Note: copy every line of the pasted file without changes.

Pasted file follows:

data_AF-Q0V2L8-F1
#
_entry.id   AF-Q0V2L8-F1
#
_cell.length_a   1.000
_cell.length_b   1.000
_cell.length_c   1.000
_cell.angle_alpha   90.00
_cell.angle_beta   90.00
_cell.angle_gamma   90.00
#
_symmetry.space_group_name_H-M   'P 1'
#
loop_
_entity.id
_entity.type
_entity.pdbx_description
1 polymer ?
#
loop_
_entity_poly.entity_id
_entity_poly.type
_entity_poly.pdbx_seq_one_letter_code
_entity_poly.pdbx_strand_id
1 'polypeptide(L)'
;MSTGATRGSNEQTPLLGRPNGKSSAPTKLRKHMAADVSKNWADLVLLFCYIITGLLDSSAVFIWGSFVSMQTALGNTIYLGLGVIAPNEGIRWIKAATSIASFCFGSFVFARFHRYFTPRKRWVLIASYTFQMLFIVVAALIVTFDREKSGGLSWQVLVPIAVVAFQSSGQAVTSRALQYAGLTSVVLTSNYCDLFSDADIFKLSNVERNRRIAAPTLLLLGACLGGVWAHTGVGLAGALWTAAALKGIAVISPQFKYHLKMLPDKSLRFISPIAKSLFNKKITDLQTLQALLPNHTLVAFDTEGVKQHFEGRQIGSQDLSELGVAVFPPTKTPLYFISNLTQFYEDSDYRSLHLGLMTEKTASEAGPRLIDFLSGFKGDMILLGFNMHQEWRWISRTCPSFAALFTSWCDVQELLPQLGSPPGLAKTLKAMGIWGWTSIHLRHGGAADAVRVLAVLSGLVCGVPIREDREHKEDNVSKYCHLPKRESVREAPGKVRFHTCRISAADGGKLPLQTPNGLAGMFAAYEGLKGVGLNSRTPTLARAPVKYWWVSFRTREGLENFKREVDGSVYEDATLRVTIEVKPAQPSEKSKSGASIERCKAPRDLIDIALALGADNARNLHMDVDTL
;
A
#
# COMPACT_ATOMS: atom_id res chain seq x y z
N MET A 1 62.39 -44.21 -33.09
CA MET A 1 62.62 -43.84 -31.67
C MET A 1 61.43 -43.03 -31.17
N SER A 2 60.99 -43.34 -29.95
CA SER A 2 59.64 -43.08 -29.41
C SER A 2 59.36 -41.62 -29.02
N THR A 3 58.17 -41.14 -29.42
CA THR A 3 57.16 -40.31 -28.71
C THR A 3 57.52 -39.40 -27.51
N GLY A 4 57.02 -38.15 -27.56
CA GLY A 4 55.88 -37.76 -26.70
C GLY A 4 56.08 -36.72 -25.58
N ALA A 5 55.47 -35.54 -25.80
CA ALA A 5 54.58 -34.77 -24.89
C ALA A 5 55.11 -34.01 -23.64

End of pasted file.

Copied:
data_AF-Q0V2L8-F1
#
_entry.id   AF-Q0V2L8-F1
#
_cell.length_a   1.000
_cell.length_b   1.000
_cell.length_c   1.000
_cell.angle_alpha   90.00
_cell.angle_beta   90.00
_cell.angle_gamma   90.00
#
_symmetry.space_group_name_H-M   'P 1'
#
loop_
_entity.id
_entity.type
_entity.pdbx_description
1 polymer ?
#
loop_
_entity_poly.entity_id
_entity_poly.type
_entity_poly.pdbx_seq_one_letter_code
_entity_poly.pdbx_strand_id
1 'polypeptide(L)'
;MSTGATRGSNEQTPLLGRPNGKSSAPTKLRKHMAADVSKNWADLVLLFCYIITGLLDSSAVFIWGSFVSMQTALGNTIYLGLGVIAPNEGIRWIKAATSIASFCFGSFVFARFHRYFTPRKRWVLIASYTFQMLFIVVAALIVTFDREKSGGLSWQVLVPIAVVAFQSSGQAVTSRALQYAGLTSVVLTSNYCDLFSDADIFKLSNVERNRRIAAPTLLLLGACLGGVWAHTGVGLAGALWTAAALKGIAVISPQFKYHLKMLPDKSLRFISPIAKSLFNKKITDLQTLQALLPNHTLVAFDTEGVKQHFEGRQIGSQDLSELGVAVFPPTKTPLYFISNLTQFYEDSDYRSLHLGLMTEKTASEAGPRLIDFLSGFKGDMILLGFNMHQEWRWISRTCPSFAALFTSWCDVQELLPQLGSPPGLAKTLKAMGIWGWTSIHLRHGGAADAVRVLAVLSGLVCGVPIREDREHKEDNVSKYCHLPKRESVREAPGKVRFHTCRISAADGGKLPLQTPNGLAGMFAAYEGLKGVGLNSRTPTLARAPVKYWWVSFRTREGLENFKREVDGSVYEDATLRVTIEVKPAQPSEKSKSGASIERCKAPRDLIDIALALGADNARNLHMDVDTL
;
A
#
# COMPACT_ATOMS: atom_id res chain seq x y z
N MET A 1 62.39 -44.21 -33.09
CA MET A 1 62.62 -43.84 -31.67
C MET A 1 61.43 -43.03 -31.17
N SER A 2 60.99 -43.34 -29.95
CA SER A 2 59.64 -43.08 -29.41
C SER A 2 59.36 -41.62 -29.02
N THR A 3 58.17 -41.14 -29.42
CA THR A 3 57.16 -40.31 -28.71
C THR A 3 57.52 -39.40 -27.51
N GLY A 4 57.02 -38.15 -27.56
CA GLY A 4 55.88 -37.76 -26.70
C GLY A 4 56.08 -36.72 -25.58
N ALA A 5 55.47 -35.54 -25.80
CA ALA A 5 54.58 -34.77 -24.89
C ALA A 5 55.11 -34.01 -23.64